Ribbon-Cutting Marks the Opening of Drexel’s Perelman Center for Jewish Life
More than 100 guests celebrated the opening of the Raymond G. Perelman Center for Jewish Life at Drexel University with a ribbon-cutting ceremony on Oct. 26. Construction for the new facility at N. 34th Street was made possible with the help of a $6 million gift from Perelman. It is the first building at Drexel constructed entirely through private philanthropy.
Drexel President John A. Fry welcomed guests including Raymond G. Perelman along with his son Ronald Perelman. Max Kahn, student president of Hillel at Drexel, spoke about the significance of the new facility for students and Rabbi Isabel de Konick, executive director and campus rabbi of Hillel at Drexel, thanked all those who made the new facility possible.
“We are deeply grateful to the more than 40 donors who gave nearly $10 million to make this long-awaited vision for a Jewish home at Drexel a reality,” said Fry. “Although it took many hands to make this transformative project possible, we wouldn’t be here without the awe-inspiring generosity of Ray Perelman. The enormous good that Ray has done for people and communities, and organizations across our region is an example to us all. He has changed the landscape of Philadelphia and has changed our landscape at Drexel.”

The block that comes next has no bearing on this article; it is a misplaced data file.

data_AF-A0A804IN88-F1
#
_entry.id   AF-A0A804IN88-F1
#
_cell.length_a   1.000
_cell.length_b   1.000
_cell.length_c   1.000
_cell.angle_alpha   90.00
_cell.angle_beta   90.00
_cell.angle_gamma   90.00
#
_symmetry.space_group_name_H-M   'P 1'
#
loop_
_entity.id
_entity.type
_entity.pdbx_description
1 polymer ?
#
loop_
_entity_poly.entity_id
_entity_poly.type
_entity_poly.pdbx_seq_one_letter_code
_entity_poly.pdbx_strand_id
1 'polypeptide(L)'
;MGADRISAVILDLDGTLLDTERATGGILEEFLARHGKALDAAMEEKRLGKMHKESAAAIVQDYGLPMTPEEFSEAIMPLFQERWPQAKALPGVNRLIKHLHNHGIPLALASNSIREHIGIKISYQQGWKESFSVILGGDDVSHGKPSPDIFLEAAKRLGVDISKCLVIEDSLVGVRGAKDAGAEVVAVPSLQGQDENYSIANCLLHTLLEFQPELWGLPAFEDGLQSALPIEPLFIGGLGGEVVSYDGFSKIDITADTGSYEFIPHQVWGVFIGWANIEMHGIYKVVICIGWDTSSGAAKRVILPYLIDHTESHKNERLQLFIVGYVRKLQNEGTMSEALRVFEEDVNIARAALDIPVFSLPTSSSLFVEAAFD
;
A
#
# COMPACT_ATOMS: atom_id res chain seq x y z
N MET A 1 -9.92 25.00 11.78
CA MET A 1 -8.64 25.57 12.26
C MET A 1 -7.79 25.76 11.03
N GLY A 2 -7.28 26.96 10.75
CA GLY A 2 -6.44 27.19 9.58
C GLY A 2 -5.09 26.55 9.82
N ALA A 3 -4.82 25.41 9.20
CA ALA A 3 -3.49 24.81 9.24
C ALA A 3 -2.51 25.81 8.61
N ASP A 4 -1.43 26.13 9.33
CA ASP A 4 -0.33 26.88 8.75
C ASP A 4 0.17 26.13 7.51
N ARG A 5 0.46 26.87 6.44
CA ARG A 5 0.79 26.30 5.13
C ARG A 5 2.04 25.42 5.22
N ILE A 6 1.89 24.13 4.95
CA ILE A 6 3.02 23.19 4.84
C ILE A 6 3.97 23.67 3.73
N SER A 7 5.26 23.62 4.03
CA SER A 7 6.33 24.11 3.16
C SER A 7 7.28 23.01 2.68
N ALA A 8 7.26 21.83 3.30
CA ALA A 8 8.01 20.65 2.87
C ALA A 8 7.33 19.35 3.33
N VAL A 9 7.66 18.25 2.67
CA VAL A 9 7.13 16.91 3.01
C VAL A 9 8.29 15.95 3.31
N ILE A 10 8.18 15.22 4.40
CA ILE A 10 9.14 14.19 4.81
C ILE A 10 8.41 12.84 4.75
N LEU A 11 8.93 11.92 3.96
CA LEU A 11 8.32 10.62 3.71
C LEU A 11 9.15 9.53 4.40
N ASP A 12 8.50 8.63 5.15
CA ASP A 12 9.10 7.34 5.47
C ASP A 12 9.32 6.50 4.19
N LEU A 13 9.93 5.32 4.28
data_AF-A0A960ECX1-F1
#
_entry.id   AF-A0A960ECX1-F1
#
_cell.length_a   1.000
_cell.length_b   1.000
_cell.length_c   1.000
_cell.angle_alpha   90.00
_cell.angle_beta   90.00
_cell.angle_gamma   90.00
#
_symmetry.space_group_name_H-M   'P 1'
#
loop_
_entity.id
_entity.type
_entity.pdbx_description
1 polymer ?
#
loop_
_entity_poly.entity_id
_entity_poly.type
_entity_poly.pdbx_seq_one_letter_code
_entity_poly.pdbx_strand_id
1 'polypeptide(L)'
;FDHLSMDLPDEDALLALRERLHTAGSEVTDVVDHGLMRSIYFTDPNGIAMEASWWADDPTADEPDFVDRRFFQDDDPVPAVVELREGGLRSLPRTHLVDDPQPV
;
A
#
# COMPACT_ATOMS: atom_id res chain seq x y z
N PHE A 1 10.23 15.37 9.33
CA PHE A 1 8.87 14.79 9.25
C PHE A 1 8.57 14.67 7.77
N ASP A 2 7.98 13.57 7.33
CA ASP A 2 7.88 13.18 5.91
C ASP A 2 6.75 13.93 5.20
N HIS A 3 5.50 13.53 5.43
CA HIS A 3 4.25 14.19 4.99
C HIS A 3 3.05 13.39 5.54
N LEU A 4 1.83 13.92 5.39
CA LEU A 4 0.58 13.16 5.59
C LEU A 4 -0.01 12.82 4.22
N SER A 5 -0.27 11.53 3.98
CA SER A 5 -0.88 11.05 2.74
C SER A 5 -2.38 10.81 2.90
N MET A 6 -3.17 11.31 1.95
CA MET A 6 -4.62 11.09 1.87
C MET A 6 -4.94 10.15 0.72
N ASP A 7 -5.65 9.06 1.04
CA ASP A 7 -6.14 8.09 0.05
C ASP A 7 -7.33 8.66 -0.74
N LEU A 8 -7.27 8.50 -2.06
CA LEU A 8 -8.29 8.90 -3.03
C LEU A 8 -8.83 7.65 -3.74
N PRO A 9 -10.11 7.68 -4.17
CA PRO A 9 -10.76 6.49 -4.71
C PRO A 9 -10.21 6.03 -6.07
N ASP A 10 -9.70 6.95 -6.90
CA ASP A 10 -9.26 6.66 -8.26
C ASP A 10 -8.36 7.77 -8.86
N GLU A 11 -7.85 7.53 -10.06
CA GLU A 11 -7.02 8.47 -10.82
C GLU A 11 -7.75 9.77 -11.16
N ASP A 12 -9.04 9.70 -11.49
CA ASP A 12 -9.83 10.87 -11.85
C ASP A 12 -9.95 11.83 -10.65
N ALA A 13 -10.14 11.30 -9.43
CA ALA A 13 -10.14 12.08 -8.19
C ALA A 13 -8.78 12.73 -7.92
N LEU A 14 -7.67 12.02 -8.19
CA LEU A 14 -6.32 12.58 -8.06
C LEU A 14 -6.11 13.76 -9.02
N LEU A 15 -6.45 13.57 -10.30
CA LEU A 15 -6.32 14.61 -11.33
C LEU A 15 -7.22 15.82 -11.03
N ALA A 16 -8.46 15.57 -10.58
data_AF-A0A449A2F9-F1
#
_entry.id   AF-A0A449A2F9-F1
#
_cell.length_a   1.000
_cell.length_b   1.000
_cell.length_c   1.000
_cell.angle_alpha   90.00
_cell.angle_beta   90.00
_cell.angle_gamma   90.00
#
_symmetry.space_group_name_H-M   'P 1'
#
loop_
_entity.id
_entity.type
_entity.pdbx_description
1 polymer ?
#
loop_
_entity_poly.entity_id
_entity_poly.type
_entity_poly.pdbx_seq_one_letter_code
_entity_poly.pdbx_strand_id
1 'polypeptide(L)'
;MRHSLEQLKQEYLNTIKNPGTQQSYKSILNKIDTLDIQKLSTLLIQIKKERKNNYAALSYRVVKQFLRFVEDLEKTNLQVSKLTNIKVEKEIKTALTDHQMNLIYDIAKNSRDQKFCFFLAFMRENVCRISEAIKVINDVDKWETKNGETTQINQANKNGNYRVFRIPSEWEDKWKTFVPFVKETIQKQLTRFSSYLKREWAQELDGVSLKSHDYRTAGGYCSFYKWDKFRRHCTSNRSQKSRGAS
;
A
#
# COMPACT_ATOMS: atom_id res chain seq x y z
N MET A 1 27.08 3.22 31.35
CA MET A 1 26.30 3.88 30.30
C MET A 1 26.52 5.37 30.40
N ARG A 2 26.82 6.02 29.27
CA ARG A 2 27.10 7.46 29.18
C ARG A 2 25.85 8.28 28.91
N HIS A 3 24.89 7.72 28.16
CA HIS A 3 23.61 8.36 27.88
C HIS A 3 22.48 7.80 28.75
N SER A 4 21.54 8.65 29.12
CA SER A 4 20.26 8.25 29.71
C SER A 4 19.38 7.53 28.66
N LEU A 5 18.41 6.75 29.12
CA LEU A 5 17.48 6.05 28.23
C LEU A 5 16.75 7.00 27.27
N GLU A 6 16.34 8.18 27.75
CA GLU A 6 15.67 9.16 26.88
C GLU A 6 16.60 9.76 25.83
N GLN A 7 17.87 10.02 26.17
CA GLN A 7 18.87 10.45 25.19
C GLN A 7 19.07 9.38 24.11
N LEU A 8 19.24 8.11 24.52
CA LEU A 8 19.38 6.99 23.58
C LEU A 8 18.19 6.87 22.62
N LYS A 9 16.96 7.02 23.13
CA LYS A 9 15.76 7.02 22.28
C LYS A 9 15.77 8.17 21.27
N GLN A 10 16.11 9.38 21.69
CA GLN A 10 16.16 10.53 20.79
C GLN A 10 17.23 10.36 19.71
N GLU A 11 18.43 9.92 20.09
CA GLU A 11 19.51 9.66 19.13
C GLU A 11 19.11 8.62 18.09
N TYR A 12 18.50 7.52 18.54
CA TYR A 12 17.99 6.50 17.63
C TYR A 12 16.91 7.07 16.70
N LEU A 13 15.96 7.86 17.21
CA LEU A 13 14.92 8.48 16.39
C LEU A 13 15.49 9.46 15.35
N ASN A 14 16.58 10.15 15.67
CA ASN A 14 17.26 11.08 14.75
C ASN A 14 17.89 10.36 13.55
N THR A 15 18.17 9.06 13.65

The Perelman Center for Jewish Life is the first standalone facility at Drexel dedicated to Jewish student life. It’s the home of Hillel at the University and the site for Shabbat services and dinners, Jewish education programs and programs facilitating opportunities in Israel. The Perelman Center will provide a comfortable home-like meeting place where Jewish students and their friends and loved ones can socialize together.
The three-story, 14,000-square-foot structure features event space for 100 or more people, a chapel, meeting rooms, student lounges and offices for Drexel Hillel. Also included, are a kosher kitchen and kosher food services, and a large outdoor patio for socializing and construction of a Sukkah, a traditional temporary shelter built during the holiday of Succoth.
This is the second major gift to Drexel made by Perelman. In 2012, he pledged $5 million to support the creation of the Raymond G. Perelman Plaza, which covers a large swath of Drexel’s open space along the former 32nd Street between Market and Chestnut Streets. Perelman received an honorary degree from Drexel’s College of Medicine in 2012.